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SOPHIA Vabueretti opened her eyes to a stormy morning. It was giving her goose bumps and she quickly fumbled around, reaching for her blanket. It might have fallen from her bed during her sleep. She wondered if she was already awake or still trapped in a dream as the broken oak tree branches at their backyard fell angrily onto the rooftop of their renovated Hispanic house.
In a blast, it raged on and on as if the sounds could break every corner, and it truly frightened her.
She peeped through her windows. Outside, the streets were empty of people, and not even the truck of Mr. Salvador that was often parked along the wide street in front of them was around. She sighed for a moment, absorbed by the singing wind and rushing splash of heavy rain upon the windows, when she heard the careful knock of her mother.
"Sophia, honey, it's past nine already. I know your classes are suspended but don't sleep that long," her mother pleaded in a soft voice.
Despite her languor precipitated by the cold weather, Sophia pushed herself to open the door. Rubbing her eyes, she was surprised when her mother handed her a sealed white envelope, a good sign that it wasn't opened yet.
"I was supposed to give it to you last night but you were in a hurry to meet Giovanni," Elizabeth shared, anticipating for her daughter's response: excitement, perhaps. But it turned out wrong when Sophia's head remained up in the clouds.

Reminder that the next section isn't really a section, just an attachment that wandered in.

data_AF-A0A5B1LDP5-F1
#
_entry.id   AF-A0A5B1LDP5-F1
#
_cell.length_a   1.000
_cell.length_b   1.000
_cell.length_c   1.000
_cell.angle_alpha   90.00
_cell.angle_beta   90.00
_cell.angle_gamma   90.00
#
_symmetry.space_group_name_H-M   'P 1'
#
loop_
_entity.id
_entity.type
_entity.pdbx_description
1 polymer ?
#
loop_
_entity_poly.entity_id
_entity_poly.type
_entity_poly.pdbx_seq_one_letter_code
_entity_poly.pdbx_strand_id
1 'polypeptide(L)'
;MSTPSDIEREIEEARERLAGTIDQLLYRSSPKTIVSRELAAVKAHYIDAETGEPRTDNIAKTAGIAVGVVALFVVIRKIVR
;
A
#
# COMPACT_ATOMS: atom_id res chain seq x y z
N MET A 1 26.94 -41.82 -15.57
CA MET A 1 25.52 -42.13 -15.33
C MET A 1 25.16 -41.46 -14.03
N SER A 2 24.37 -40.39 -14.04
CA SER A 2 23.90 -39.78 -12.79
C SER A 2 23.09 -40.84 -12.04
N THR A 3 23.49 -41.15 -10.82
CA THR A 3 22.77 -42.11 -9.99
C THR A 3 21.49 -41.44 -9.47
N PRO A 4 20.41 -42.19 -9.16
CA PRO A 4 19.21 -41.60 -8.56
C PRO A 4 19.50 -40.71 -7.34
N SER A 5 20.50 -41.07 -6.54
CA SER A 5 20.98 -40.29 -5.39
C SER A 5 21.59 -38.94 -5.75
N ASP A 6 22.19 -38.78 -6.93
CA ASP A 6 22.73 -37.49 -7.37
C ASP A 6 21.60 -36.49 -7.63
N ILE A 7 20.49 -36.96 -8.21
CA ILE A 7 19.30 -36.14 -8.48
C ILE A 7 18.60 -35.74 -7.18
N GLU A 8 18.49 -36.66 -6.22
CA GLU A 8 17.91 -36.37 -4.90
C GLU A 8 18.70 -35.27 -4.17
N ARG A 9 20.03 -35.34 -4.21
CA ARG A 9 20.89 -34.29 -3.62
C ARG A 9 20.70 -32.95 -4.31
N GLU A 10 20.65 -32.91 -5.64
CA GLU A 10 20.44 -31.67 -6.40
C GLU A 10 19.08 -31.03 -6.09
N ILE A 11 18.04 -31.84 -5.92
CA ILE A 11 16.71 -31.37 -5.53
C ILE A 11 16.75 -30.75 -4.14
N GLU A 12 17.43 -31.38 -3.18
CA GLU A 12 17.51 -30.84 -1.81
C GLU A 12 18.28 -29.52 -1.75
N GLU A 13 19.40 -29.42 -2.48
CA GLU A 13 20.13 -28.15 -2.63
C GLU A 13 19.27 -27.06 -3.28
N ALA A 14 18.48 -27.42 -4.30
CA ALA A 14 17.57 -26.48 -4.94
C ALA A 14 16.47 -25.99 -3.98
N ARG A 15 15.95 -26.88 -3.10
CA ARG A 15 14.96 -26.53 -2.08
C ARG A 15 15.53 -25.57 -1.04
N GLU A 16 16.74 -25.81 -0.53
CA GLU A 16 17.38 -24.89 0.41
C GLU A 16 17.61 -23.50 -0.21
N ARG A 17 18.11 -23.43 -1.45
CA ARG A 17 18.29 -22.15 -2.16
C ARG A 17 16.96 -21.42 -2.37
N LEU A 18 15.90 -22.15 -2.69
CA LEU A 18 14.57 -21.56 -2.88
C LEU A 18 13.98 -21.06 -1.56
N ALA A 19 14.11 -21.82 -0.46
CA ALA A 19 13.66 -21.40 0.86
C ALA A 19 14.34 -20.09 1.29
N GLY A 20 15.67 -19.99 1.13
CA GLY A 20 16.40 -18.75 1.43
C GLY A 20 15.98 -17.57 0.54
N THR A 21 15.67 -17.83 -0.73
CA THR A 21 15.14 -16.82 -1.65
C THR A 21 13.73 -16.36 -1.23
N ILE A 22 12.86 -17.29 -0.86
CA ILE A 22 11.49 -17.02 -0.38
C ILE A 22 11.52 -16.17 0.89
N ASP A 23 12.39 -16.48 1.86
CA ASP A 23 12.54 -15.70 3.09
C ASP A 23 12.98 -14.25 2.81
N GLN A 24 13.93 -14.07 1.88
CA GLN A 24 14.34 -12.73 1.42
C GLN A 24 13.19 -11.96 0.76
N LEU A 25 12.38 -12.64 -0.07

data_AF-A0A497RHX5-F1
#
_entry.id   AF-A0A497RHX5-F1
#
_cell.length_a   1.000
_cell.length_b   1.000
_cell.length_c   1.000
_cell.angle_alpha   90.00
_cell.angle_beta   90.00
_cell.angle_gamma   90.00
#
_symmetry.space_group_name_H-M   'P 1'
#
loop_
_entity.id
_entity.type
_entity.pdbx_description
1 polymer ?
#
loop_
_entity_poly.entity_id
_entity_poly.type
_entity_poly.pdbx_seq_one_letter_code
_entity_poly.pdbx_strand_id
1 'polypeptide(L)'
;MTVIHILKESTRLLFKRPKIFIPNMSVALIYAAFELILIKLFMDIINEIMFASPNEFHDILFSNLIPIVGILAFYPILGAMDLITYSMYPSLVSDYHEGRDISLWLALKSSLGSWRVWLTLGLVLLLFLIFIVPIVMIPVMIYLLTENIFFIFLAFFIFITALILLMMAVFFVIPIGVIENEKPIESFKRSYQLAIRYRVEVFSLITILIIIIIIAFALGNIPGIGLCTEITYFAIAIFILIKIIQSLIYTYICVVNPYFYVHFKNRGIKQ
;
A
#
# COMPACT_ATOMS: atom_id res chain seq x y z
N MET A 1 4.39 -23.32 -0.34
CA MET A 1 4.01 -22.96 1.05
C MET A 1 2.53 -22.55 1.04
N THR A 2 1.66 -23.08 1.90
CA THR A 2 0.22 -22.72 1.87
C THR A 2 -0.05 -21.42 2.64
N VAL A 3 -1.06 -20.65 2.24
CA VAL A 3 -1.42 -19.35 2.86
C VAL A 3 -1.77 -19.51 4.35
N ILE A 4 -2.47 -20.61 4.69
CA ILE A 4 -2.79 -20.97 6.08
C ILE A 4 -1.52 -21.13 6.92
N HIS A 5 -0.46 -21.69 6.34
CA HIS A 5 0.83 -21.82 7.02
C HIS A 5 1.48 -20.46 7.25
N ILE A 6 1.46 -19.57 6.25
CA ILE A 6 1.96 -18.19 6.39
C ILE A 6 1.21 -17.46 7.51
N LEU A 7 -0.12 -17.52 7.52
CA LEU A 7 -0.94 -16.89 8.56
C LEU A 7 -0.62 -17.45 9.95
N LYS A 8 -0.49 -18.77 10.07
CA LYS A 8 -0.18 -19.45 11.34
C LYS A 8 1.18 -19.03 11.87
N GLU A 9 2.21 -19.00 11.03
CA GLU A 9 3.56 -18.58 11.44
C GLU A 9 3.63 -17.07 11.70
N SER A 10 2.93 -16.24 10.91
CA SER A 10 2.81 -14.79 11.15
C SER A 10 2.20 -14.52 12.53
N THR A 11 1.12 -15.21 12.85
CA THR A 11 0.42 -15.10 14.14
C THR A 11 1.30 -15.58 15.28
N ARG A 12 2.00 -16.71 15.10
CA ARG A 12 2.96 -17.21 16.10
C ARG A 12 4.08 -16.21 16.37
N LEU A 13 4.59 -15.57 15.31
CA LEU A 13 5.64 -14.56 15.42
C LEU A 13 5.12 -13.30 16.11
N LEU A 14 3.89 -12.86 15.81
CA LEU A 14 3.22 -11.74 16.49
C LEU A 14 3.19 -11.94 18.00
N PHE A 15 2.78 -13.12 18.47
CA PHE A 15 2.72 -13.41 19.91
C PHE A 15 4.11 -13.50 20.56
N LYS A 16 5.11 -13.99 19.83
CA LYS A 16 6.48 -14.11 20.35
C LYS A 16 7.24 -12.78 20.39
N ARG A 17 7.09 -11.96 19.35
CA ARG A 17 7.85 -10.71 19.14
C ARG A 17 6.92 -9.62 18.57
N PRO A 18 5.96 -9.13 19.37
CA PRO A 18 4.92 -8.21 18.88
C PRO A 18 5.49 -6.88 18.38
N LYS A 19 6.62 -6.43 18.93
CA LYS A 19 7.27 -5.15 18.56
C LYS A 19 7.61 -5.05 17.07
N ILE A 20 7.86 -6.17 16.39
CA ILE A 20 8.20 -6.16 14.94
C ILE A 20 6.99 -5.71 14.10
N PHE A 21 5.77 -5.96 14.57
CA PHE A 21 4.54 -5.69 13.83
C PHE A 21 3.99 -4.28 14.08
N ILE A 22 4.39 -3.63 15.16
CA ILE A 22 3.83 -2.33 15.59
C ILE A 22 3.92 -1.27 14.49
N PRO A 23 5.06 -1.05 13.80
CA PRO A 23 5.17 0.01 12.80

"Uh, aren't you going to open it already?" Elizabeth resurrected the mood, giving the impression that she already knew what was inside.
At last, Sophia showed some movements. "Um... maybe later, Mom," she smiled and quickly slid it behind her back, feeling much better if she'd open it in her mother's absence.
"All right." Elizabeth returned a wider smile. "Alex and Nadine are already downstairs. Don't skip breakfast, okay?" she concluded and then left.
Closing the door, Sophia shifted her full attention to the elegant envelope and saw that it was from the National Art Institute. A couple of months ago, she wrote and sent them a sample of her artwork, hoping that she would qualify for the institution's annual painting contest--a stepping stone for her, as she always thought of pursuing an art career. That painting contest was Orlando City's most prestigious one and it filled her dreams, that someday, she would be recognized for her passion.
Bit by bit, she opened the envelope, excited to know if she was qualified, but at some point, fearful of rejection. Then, she unfolded the white linen paper and started to read, bursting with hope.
"Oh, I can't believe it!" she nearly screamed. To leap for joy was an impulse. Then she hurried downstairs to tell everyone.